Sit back and enjoy the Tata opera as it unfolds

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Ratan Tata’s return and Cyrus Mistry’s sacking are stories the Indian corporate stuff is made of. We wait with bated breath

The removal of Cyrus Pallonji Mistry as the head of Tata Sons is news beyond boundaries.

Business, however, in India, has taken a fresh turn with this kind of move. Let us get some fundamentals right. There is no such thing as the Tata family, anymore, in the conventional terms of Indian business.

This is not the best place to get into the pedigree and family tree analysis. However, the first significant break in the family tree continuum took place with the succession of Ratan Tata to the chairmanship of the Tata Sons board. JRD did not have a biological successor. Ratan Tata himself never married. This, therefore, was itself a significant departure in the succession pattern of family businesses.

Consider the major family houses in India. Without naming the significant ones, the succession has almost always been by blood groups of biological descent, following the law of primogenitor. Sitting on the board of a major business family which had been successful for over 70 years, when I raised the issue of investment and diversification, the octogenarian chairman and the head of the group had no hesitation in putting his foot down. His argument: “We do not have any adult male ready and available in the family to lead such a new enterprise.” The approach was simple and disarming. It was symbolic of a fairly representative mindset in business.

Often, Indian businesses have spawned new units to provide employment to adult males of the dominant family. In the case of untimely demise of an adult male, the succession has gone in the wife’s favour (if the next generation was not yet old enough for the task).

This pattern of running business cuts across all religious effluence and touches Hindus, Christians, Muslims, Sikhs — the list can go on. The stamp of the so-called Indian culture is large. It would be  dangerous and controversial to offer an opinion. However, business has a knack of taking its own direction, very much in the same manner as the water-flow takes its own course.

Consider the case of  Tata Sons. It is no secret that the related family members of the Tata stock have control of Tata Trusts. Tata Trusts in turn controls over 60 per cent of investment in Tata Sons. The power equation is clear.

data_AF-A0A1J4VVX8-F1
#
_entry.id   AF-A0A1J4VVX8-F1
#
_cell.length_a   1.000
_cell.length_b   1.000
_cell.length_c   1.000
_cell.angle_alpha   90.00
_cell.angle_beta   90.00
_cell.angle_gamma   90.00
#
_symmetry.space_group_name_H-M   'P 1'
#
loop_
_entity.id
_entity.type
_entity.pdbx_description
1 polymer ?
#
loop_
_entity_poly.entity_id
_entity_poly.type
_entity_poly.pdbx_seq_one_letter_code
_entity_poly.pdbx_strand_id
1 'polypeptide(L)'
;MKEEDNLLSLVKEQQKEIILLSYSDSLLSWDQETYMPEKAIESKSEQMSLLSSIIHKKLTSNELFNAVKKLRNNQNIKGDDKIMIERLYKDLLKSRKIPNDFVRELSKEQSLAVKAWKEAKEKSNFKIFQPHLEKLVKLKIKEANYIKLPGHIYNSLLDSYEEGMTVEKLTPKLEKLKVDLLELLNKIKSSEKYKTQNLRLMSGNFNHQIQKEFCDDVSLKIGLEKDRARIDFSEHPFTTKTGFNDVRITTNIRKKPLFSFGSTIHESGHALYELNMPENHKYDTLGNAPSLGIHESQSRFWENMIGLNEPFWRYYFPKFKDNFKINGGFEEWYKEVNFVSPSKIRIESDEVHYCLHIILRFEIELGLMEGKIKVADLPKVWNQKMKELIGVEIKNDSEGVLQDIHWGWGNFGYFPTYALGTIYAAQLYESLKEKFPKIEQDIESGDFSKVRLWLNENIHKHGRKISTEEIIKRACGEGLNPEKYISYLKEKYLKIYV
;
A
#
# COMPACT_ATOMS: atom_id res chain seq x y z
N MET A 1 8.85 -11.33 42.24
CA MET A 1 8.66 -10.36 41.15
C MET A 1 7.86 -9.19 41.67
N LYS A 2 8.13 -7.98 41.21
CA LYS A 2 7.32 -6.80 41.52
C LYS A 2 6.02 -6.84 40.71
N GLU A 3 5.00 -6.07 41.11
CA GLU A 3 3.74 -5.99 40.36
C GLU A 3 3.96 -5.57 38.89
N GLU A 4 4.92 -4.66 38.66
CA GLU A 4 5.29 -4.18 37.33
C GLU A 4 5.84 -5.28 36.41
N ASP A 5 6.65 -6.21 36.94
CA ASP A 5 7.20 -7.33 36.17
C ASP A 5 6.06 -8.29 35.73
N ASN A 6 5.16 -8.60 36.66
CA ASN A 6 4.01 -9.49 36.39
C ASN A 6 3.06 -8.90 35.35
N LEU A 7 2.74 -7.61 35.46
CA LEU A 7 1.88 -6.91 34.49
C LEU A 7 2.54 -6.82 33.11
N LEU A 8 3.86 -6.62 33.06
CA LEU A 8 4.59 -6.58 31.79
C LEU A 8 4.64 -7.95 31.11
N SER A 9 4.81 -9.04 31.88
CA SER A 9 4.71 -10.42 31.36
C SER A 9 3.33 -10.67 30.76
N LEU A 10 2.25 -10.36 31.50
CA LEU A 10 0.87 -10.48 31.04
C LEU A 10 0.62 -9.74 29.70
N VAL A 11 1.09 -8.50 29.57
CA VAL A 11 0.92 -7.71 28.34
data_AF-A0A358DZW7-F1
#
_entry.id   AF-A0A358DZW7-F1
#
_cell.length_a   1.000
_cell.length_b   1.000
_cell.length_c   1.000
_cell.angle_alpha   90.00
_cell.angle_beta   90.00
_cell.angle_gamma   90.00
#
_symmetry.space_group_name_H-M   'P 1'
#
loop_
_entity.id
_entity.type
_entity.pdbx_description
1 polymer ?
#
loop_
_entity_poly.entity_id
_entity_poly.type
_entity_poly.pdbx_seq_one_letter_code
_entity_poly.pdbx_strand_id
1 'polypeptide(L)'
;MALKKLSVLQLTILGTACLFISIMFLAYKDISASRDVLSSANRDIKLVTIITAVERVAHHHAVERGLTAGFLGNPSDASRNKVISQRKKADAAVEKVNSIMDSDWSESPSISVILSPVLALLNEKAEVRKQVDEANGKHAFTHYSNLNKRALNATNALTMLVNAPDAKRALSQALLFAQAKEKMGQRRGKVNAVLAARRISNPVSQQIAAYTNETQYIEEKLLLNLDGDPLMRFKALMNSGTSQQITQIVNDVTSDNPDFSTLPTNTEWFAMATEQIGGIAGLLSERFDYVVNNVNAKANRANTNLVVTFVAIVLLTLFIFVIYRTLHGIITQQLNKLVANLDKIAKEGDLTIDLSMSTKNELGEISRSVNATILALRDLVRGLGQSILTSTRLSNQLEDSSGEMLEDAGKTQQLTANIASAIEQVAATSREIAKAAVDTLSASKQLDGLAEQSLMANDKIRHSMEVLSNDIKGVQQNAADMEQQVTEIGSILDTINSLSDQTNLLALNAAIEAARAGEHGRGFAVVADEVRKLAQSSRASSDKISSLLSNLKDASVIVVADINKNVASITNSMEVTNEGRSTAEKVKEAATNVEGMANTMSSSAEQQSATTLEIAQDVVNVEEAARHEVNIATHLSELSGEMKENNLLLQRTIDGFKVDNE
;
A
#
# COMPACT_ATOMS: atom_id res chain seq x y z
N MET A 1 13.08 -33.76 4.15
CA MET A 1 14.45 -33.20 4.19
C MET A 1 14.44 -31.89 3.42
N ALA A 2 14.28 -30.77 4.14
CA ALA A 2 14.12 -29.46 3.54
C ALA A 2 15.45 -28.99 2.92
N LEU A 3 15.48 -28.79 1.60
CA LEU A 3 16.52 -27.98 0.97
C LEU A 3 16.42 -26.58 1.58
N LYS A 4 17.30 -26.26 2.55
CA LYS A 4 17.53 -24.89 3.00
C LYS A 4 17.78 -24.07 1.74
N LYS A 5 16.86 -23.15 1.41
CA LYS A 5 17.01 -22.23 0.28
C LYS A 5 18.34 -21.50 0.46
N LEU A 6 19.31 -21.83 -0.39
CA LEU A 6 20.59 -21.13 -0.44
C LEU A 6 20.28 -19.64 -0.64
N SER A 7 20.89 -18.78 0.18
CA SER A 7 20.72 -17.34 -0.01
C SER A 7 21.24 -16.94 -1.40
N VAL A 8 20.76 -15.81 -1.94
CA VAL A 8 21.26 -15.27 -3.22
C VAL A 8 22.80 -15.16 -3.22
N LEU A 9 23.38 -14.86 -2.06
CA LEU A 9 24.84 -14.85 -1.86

Obviously, the modernised educated commentator would see this in his framework of reference.

He would talk of ‘shareholders’ and ‘the board’. He will talk of the investors and the executive control. The basic reality, however, is one of, a family group confronted with power in the hands of a non-family group. The key players of Tata Sons were confidants of the chairman and not necessarily in a kinship relationship. This must be a very unusual situation to the kind of networks systems which operated the group of Tata Trusts. It’s a tell-tale situation. There are other unique elements that are interesting.

Quite rightly, beginning with Jamsetji Tata, the group acquired a halo of high ethical values and for its strong espousal of the national cause. The Tata story rolled on for a 100 years till the family found a person in the extended family networks based on marriages, with an Irish citizenship, to head Tata Sons. Getting the Indian citizenship required one year of uninterrupted residency in India. This would be clearly impossible for any individual in that segment of the elite and ruling class.

The rest is history. There are other elements in the Tata conglomerate. In the last few decades, some sordid truths started surfacing, and one could with reasonable truth argue that Tata Sons had all the weapons in its arsenal of business which any business group in India has had. This included liaison with lobbyists and land acquisition cases which  courts find unacceptable.

Clearly, these cannot be the reasons for the sacking of Cyrus Mistry. Theses cannot be the reason for the return of Ratan Tata either. The story is still unfolding. Desperate attempts are being made by some quarters to give a modern spin to explain the business twists of a very conventional and average frame of reference.

The episodes are inconclusive. The story line will be taking its own course.

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